Previous: Visiting Researcher, Department of Aeronautics, California Institute of Technology, US, 2011; MSc in Mechanical Engineering, ETH Zurich, Switzerland, 2010 — 2012; BSc in Mechanical Engineering, ETH Zurich, Switzerland, 2005 — 2009
Anjana Kothandaraman — PhD Student — LinkedIn
Experimental and Computational Analysis of Bubble Generation Combining Microfluidics and Electrohydrodynamics: This project involves combining Microfluidics and Electrohydrodynamics to prepare monodisperse microbubbles for diagnostic applications. Solely using microfluidic devices to manipulate microbubble size experiences limitations especially with very viscous solutions, hence capitalising on the well understood concept of bubble resonance, various types of electric fields are investigated to facilitate bubble break-up. A computational model will be created to simulate the entire experimental set-up and enable better understanding of fluid mechanics of the flow and the electrohydrodynamic interactions
Previous: MSc in Bioengineering and Biomedical Engineering, Brunel University, 2012–2013; BEng in Computer Engineering, Brunel University, 2009 — 2012
Xiang Pan — PhD Student
Preparation of microbubble: Numerical and experimental study of a novel microfluidic K-junction: The project aims to analyse the effect of boundary conditions such as liquid/gas flow rate, gas inlet pressure and physical properties of liquid and gas especially density, surface tension and viscosity, on the mixture and generation process of monodisperse microbubbles in a circular cross section novel microfluidic K-junction device via numerical simulation and experiment. It is also focused on the theory of the bubble’s break off mechanism with multiphase fluid inside of the K-junction via numerical simulation thus improvement and correlations in the experiment will be developed based on the simulation results.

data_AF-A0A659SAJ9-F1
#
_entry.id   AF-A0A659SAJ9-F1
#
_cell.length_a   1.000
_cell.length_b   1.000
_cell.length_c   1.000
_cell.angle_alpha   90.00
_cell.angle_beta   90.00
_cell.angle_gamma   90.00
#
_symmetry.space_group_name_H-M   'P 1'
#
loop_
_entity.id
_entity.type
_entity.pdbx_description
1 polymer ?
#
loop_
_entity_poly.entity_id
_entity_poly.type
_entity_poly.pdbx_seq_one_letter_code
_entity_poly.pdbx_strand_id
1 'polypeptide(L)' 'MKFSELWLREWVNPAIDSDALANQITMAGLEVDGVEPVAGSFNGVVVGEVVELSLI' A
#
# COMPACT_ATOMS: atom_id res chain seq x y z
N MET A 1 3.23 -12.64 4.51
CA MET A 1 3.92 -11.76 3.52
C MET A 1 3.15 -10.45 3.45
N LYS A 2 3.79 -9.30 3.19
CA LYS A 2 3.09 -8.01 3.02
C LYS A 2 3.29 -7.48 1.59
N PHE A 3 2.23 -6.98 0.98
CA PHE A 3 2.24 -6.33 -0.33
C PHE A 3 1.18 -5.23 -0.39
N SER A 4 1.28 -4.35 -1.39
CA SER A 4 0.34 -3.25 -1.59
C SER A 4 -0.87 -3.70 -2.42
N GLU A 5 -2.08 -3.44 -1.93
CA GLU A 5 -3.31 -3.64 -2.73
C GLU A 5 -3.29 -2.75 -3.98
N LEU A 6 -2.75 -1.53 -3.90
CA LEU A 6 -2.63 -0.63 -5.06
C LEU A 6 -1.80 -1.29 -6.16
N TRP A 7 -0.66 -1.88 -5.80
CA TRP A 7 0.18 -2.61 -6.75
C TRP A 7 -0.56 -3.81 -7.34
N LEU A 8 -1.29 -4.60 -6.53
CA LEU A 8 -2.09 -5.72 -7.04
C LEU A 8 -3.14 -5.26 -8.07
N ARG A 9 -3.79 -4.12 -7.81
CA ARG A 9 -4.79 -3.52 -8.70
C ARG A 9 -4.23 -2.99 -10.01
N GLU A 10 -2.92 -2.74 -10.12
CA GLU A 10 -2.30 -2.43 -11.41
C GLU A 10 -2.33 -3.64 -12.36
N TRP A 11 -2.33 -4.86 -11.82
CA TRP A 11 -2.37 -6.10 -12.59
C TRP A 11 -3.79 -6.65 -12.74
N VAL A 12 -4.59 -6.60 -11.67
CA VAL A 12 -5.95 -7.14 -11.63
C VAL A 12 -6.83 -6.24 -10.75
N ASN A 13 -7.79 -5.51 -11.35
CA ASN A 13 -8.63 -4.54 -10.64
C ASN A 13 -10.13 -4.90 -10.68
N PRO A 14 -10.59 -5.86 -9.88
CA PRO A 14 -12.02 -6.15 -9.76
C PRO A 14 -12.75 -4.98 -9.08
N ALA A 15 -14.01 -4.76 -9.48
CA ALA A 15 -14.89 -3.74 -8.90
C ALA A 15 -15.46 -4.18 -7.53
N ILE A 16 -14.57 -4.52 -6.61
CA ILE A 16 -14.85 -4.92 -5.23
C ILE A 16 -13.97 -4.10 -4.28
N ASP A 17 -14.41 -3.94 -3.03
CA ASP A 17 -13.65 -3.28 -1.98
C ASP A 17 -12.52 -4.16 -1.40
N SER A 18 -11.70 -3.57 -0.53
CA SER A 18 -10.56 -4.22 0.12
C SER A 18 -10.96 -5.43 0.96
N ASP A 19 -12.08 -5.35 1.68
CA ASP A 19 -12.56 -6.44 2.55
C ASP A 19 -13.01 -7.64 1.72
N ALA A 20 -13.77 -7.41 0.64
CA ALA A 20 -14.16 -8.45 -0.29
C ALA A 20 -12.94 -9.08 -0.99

Previous: BEng in Mechanical Engineering, University of Hertfordshire, 2011–2013; BEng in Mechanical Design, Manufacturing and Automation, Henan University of Science and Technology, 2009–2011
Babatunde Aramide — PhD Student — LinkedIn
heoretical Framework and Computation Fluid Dynamics Modelling of the Electrospinning Process for Fibre Formation: The research focus primarily on understanding the underlying physics in the Electrospinning Process and Modelling the process Computationally, hereby providing a platform to understand interaction of the parameters for the fibre formation. Also, it is aimed at studying role of the polymer solution’s rheology in the nanofibre formation. The applicability of the model for Axial electrospinning and Cell electrospinning will also be explored. This work is Co-Supervised by Dr Suwan Jayasinghe of UCL.